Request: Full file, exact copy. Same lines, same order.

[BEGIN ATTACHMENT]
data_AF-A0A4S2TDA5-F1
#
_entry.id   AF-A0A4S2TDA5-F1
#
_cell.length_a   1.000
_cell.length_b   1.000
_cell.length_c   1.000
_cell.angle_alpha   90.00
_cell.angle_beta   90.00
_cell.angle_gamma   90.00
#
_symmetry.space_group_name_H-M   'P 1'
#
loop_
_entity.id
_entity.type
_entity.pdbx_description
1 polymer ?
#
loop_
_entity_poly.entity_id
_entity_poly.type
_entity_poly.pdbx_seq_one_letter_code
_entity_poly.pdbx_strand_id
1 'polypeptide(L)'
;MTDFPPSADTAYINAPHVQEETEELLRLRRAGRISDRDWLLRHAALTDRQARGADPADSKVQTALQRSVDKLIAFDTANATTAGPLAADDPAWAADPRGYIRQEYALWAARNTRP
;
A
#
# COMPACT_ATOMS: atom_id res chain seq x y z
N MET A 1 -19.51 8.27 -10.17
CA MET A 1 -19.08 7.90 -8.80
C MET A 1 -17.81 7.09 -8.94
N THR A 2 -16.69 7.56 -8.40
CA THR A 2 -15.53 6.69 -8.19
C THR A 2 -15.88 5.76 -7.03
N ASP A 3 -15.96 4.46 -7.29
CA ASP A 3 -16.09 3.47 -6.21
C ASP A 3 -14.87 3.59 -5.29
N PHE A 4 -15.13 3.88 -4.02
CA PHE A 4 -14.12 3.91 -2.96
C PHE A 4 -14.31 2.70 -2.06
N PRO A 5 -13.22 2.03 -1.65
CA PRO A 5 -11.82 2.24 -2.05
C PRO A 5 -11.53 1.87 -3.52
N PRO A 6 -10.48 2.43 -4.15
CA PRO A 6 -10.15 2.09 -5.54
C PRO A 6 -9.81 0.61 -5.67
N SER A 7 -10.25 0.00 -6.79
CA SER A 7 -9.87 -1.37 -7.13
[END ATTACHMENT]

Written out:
data_AF-A0A4S2TDA5-F1
#
_entry.id   AF-A0A4S2TDA5-F1
#
_cell.length_a   1.000
_cell.length_b   1.000
_cell.length_c   1.000
_cell.angle_alpha   90.00
_cell.angle_beta   90.00
_cell.angle_gamma   90.00
#
_symmetry.space_group_name_H-M   'P 1'
#
loop_
_entity.id
_entity.type
_entity.pdbx_description
1 polymer ?
#
loop_
_entity_poly.entity_id
_entity_poly.type
_entity_poly.pdbx_seq_one_letter_code
_entity_poly.pdbx_strand_id
1 'polypeptide(L)'
;MTDFPPSADTAYINAPHVQEETEELLRLRRAGRISDRDWLLRHAALTDRQARGADPADSKVQTALQRSVDKLIAFDTANATTAGPLAADDPAWAADPRGYIRQEYALWAARNTRP
;
A
#
# COMPACT_ATOMS: atom_id res chain seq x y z
N MET A 1 -19.51 8.27 -10.17
CA MET A 1 -19.08 7.90 -8.80
C MET A 1 -17.81 7.09 -8.94
N THR A 2 -16.69 7.56 -8.40
CA THR A 2 -15.53 6.69 -8.19
C THR A 2 -15.88 5.76 -7.03
N ASP A 3 -15.96 4.46 -7.29
CA ASP A 3 -16.09 3.47 -6.21
C ASP A 3 -14.87 3.59 -5.29
N PHE A 4 -15.13 3.88 -4.02
CA PHE A 4 -14.12 3.91 -2.96
C PHE A 4 -14.31 2.70 -2.06
N PRO A 5 -13.22 2.03 -1.65
CA PRO A 5 -11.82 2.24 -2.05
C PRO A 5 -11.53 1.87 -3.52
N PRO A 6 -10.48 2.43 -4.15
CA PRO A 6 -10.15 2.09 -5.54
C PRO A 6 -9.81 0.61 -5.67
N SER A 7 -10.25 0.00 -6.79
CA SER A 7 -9.87 -1.37 -7.13